Having students attend to the boundaries beyond individual words can begin to help them see vocabulary and grammar on a continuum and may be one approach to making vocabulary learning more meaningful and efficient.  Collocations, lexical chunks, and prefabs can be used to introduce not just content words, but also grammar and shadow words.  Through scaffolding, students can then learn how to mix and match these words to produce new lexical strings.   They will see that words are not just dynamic, but do in fact have many friends.

 

References

Hinkel, E. (2004).  Innovative and Efficient Construction Grammar.  Selected papers from the 21st International Symposium on English Teaching.  English Teacher’s Association, Republic of China (ETA-ROC), Taipei, 51-59.

Hyland, K. (2004).  Genre and second language writing.  Michigan: University of Michigan Press.

Larsen-Freeman, D. (2013).  Transfer of Learning Transformed.  Language Learning 63:Suppl. 1 pp. 107-129 Language Learning Research Club, University of Michigan
DOI: 10.1111/j.1467-9922.2012.00740.x

Schmitt, N. (2000).  Lexical chunks.  ELT Journal, Volume 54 (4), 400-401. Oxford: Oxford University Press.

Savage, A. & Ward, C. (in press). Trio Writing.  Oxford: Oxford University Press.


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Writing their way to the top: Process strategies for English language learners

Teacher writing on whiteboardWhat are some strategies for helping students with academic writing? Alice Savage, Effective Academic Writing co-author, will look at this topic in her upcoming webinar on December 10th. In this article, she presents a task to help build students’ confidence in their writing.

When hikers plan an adventure, they agree to take on a challenge. They understand that it might be hard sometimes, but they also know that if they stick together and have faith in the process, they will make it to their destination. The same is true for writers, particularly writers learning to operate in an academic English context. In my webinar, we will examine the writing process and look at specific strategies and activities that can support English learners along the way.

The following group task is one of several strategies in the webinar. Its aims of community-building and orienting students to process writing techniques can ensure that a class gets started on the right foot.

Objective: To help students build community, confidence and an understanding of the writing process.

Start by putting the students in groups of four and creating roles such as manager, note-taker, writer, dictionary-person, or editor. Tell them that they are going to do a writing task together that shows their combined experience and talent. Then set the following questions:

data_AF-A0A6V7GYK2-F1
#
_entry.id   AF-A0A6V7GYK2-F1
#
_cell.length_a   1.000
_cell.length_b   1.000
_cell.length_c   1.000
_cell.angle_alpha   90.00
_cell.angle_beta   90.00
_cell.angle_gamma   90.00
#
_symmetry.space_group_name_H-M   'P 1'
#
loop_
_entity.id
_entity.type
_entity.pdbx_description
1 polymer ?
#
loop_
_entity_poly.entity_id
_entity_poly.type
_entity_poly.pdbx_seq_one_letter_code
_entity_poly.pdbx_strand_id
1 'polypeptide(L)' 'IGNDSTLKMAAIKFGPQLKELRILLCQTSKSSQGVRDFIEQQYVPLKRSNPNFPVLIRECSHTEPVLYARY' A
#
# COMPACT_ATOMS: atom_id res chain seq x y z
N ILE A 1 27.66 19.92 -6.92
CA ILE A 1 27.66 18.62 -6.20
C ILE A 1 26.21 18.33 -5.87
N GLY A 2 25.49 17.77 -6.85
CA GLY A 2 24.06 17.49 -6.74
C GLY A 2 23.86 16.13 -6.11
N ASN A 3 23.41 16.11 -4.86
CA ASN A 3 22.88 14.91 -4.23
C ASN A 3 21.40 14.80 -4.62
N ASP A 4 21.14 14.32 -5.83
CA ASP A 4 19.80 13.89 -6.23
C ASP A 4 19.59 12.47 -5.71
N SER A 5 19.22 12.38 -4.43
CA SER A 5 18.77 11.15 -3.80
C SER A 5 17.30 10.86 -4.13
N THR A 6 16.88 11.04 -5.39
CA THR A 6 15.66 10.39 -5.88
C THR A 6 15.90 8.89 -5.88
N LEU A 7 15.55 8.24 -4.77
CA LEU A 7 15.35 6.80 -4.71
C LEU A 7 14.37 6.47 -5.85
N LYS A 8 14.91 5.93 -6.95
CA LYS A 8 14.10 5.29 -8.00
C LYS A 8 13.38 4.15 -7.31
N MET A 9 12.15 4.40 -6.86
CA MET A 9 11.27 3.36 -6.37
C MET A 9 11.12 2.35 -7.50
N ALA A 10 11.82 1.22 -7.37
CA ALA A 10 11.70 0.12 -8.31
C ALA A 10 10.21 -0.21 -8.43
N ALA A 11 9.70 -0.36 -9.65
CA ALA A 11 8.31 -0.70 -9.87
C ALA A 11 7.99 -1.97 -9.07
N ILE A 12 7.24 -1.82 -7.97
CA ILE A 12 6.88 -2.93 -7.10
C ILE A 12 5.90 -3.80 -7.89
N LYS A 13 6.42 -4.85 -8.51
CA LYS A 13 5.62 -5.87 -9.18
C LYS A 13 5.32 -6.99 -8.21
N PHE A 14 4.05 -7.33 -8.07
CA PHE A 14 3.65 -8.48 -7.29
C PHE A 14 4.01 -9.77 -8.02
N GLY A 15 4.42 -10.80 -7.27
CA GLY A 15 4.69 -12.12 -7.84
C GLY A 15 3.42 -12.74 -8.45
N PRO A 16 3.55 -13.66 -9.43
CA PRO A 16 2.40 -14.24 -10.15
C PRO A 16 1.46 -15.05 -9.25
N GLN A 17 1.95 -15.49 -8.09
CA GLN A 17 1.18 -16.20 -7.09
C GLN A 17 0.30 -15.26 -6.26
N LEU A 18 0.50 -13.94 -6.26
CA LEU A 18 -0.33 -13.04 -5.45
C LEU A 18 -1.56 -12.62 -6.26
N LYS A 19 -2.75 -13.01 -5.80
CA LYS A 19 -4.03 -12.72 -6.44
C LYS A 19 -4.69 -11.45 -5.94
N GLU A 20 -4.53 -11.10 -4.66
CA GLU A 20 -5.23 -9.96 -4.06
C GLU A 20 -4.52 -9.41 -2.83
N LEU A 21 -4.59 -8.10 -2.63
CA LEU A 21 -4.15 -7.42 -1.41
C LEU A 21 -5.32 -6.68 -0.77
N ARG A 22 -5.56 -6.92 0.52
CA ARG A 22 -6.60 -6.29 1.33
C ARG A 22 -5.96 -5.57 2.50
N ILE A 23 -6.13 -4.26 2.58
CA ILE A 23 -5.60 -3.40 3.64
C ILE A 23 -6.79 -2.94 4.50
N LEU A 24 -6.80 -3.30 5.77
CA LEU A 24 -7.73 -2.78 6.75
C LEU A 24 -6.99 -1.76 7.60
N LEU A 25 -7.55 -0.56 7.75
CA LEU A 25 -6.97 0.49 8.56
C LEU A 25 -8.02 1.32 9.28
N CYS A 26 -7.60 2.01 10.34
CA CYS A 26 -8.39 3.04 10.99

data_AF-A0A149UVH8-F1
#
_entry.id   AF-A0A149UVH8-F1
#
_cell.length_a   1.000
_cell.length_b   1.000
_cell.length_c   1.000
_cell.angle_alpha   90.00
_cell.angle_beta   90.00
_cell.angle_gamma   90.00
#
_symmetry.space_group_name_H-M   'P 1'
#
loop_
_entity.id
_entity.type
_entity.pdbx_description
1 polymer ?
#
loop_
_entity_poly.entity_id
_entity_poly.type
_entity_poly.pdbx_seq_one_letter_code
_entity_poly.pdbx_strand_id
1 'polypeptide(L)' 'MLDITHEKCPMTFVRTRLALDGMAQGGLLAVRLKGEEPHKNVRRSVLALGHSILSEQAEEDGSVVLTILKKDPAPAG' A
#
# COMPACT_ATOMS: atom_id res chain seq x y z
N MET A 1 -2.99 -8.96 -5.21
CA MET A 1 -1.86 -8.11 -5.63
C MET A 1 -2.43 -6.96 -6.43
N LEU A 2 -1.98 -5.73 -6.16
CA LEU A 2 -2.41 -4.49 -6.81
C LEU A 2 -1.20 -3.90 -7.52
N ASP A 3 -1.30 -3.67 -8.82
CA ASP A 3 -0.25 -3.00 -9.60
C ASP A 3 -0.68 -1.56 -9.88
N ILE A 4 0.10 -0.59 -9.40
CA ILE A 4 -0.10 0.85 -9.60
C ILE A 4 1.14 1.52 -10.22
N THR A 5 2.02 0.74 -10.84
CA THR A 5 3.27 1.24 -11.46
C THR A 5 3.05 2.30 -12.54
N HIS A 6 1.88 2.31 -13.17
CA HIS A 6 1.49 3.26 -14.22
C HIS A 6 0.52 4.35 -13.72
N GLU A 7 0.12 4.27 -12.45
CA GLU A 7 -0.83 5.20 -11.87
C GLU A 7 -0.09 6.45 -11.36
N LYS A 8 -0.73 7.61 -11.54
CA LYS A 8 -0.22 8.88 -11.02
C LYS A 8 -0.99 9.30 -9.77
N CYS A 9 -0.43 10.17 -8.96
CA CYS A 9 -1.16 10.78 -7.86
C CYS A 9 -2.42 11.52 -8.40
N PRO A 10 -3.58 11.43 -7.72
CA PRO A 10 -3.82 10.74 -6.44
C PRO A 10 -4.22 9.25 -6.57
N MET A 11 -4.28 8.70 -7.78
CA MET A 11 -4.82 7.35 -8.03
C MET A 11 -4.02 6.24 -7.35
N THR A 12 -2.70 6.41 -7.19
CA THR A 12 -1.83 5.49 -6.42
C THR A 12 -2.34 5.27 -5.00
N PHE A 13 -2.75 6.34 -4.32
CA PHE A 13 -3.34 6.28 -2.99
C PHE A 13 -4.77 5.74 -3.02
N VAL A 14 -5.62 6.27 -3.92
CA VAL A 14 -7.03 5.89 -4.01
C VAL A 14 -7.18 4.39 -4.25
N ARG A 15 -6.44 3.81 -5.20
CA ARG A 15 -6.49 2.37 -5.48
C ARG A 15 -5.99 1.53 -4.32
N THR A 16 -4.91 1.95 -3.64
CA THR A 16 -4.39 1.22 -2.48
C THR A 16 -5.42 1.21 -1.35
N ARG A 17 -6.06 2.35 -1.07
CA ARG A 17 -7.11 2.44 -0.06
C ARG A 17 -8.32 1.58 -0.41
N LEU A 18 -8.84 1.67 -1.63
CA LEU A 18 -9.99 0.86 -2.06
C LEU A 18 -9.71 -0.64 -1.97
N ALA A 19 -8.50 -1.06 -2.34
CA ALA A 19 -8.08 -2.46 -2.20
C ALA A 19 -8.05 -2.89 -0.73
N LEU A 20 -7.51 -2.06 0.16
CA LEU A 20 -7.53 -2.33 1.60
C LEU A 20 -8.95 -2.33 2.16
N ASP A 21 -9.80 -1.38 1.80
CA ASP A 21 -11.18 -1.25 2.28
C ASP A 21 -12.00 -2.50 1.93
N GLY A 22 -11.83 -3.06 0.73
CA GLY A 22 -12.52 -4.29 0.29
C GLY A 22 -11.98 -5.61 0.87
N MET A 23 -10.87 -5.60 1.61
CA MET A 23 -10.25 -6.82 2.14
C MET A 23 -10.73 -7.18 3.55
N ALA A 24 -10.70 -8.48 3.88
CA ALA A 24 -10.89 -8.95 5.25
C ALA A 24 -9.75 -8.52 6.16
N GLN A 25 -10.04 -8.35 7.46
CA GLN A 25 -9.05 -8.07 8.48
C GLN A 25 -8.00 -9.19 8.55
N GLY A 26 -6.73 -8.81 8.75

• How many languages does your group speak in total?
  • How many years has your group been studying English in total?
  • How many countries has your group traveled to in total?
  • What kinds of writing has your group done in the past?
  • What is a name that fits your group?

Once they have shared information, instruct the writer to turn the answers and notes into a paragraph. Have them start by introducing their group’s name in a topic sentence. Then have them explain why they chose it. They can include answers to the questions or other ideas that come up while they were talking. The teacher can circulate and provide assistance as needed.

When the writing section of the task is finished, the group can work together to edit. The editor, with help from peers, can check for complete sentences, grammar and spelling. As they work, they have an opportunity to see how their knowledge and skills fit with their classmates and to see how they can benefit from or help others later.

To mirror the stages of writing, the task ends with publishing. The groups can post or circulate their finished texts and compare results. The class can identify which group speaks the most languages, has studied English the longest, or seen the most countries. This final stage, in addition to serving as an icebreaker, allows the class to experience one another’s writing as readers. This publishing stage can instill a habit of responding to content that will pay off later during peer feedback throughout the term.

Finally, the teacher can build confidence in the process by leading a reflection on the stages that the groups went through. They can look at generating ideas and developing content, planning, revising, editing, and publishing.

The teacher might then use the opportunity to highlight the activities and aims of each stage. For example, many teachers do not address grammar errors in the early revision stages because students are still shaping content and often cutting or changing sentences. Many students do not automatically anticipate these major revision tasks, so working through revision techniques in an explicit way in a practice activity can foster trust in the process.

The discussion can end with the question, “What do you know now that you didn’t know when you started this assignment?” as a way to finish with a focus on writing as knowledge making. If all goes well, students see the advantages of the writing process and its ability to provide a sequence that allows them to focus at distinct stages. They know their classmates and the writing process better, and perhaps they feel better equipped for the adventure of a new task.

To find out more about improving students’ writing skills, register for the webinar at either 12:00 or 15:00 GMT on December 10th.